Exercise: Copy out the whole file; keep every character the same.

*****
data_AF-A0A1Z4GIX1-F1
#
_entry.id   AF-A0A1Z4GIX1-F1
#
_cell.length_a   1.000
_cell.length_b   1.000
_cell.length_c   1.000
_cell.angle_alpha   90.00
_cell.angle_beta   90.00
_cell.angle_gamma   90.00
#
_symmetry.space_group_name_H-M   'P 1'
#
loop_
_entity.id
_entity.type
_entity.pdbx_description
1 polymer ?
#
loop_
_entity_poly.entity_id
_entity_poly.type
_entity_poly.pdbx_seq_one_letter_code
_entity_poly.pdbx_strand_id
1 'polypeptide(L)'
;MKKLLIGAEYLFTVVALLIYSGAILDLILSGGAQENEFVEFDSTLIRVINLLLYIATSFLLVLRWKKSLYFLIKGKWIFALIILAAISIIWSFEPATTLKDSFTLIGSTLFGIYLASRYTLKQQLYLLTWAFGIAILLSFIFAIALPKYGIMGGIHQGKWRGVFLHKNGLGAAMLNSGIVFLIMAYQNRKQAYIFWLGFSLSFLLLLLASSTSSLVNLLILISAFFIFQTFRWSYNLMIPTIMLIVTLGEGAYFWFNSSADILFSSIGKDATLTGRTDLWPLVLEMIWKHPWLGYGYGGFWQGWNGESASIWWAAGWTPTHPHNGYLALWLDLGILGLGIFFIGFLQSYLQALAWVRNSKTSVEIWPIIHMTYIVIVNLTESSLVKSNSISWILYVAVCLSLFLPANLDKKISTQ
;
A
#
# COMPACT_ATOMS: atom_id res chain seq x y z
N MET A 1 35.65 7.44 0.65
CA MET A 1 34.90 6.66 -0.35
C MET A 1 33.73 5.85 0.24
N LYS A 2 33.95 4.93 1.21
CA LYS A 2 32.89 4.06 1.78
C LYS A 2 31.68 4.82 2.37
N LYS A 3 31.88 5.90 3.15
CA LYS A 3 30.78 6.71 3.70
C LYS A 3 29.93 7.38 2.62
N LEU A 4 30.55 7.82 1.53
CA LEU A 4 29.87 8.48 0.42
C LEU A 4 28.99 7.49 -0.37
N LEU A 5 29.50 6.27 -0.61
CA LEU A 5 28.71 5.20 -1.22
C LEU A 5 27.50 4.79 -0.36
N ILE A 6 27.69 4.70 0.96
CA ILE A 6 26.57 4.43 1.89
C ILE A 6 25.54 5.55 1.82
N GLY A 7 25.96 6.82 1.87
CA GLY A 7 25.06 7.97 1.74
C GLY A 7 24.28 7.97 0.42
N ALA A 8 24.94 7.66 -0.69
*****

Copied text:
data_AF-A0A1Z4GIX1-F1
#
_entry.id   AF-A0A1Z4GIX1-F1
#
_cell.length_a   1.000
_cell.length_b   1.000
_cell.length_c   1.000
_cell.angle_alpha   90.00
_cell.angle_beta   90.00
_cell.angle_gamma   90.00
#
_symmetry.space_group_name_H-M   'P 1'
#
loop_
_entity.id
_entity.type
_entity.pdbx_description
1 polymer ?
#
loop_
_entity_poly.entity_id
_entity_poly.type
_entity_poly.pdbx_seq_one_letter_code
_entity_poly.pdbx_strand_id
1 'polypeptide(L)'
;MKKLLIGAEYLFTVVALLIYSGAILDLILSGGAQENEFVEFDSTLIRVINLLLYIATSFLLVLRWKKSLYFLIKGKWIFALIILAAISIIWSFEPATTLKDSFTLIGSTLFGIYLASRYTLKQQLYLLTWAFGIAILLSFIFAIALPKYGIMGGIHQGKWRGVFLHKNGLGAAMLNSGIVFLIMAYQNRKQAYIFWLGFSLSFLLLLLASSTSSLVNLLILISAFFIFQTFRWSYNLMIPTIMLIVTLGEGAYFWFNSSADILFSSIGKDATLTGRTDLWPLVLEMIWKHPWLGYGYGGFWQGWNGESASIWWAAGWTPTHPHNGYLALWLDLGILGLGIFFIGFLQSYLQALAWVRNSKTSVEIWPIIHMTYIVIVNLTESSLVKSNSISWILYVAVCLSLFLPANLDKKISTQ
;
A
#
# COMPACT_ATOMS: atom_id res chain seq x y z
N MET A 1 35.65 7.44 0.65
CA MET A 1 34.90 6.66 -0.35
C MET A 1 33.73 5.85 0.24
N LYS A 2 33.95 4.93 1.21
CA LYS A 2 32.89 4.06 1.78
C LYS A 2 31.68 4.82 2.37
N LYS A 3 31.88 5.90 3.15
CA LYS A 3 30.78 6.71 3.70
C LYS A 3 29.93 7.38 2.62
N LEU A 4 30.55 7.82 1.53
CA LEU A 4 29.87 8.48 0.42
C LEU A 4 28.99 7.49 -0.37
N LEU A 5 29.50 6.27 -0.61
CA LEU A 5 28.71 5.20 -1.22
C LEU A 5 27.50 4.79 -0.36
N ILE A 6 27.69 4.70 0.96
CA ILE A 6 26.57 4.43 1.89
C ILE A 6 25.54 5.55 1.82
N GLY A 7 25.96 6.82 1.87
CA GLY A 7 25.06 7.97 1.74
C GLY A 7 24.28 7.97 0.42
N ALA A 8 24.94 7.66 -0.69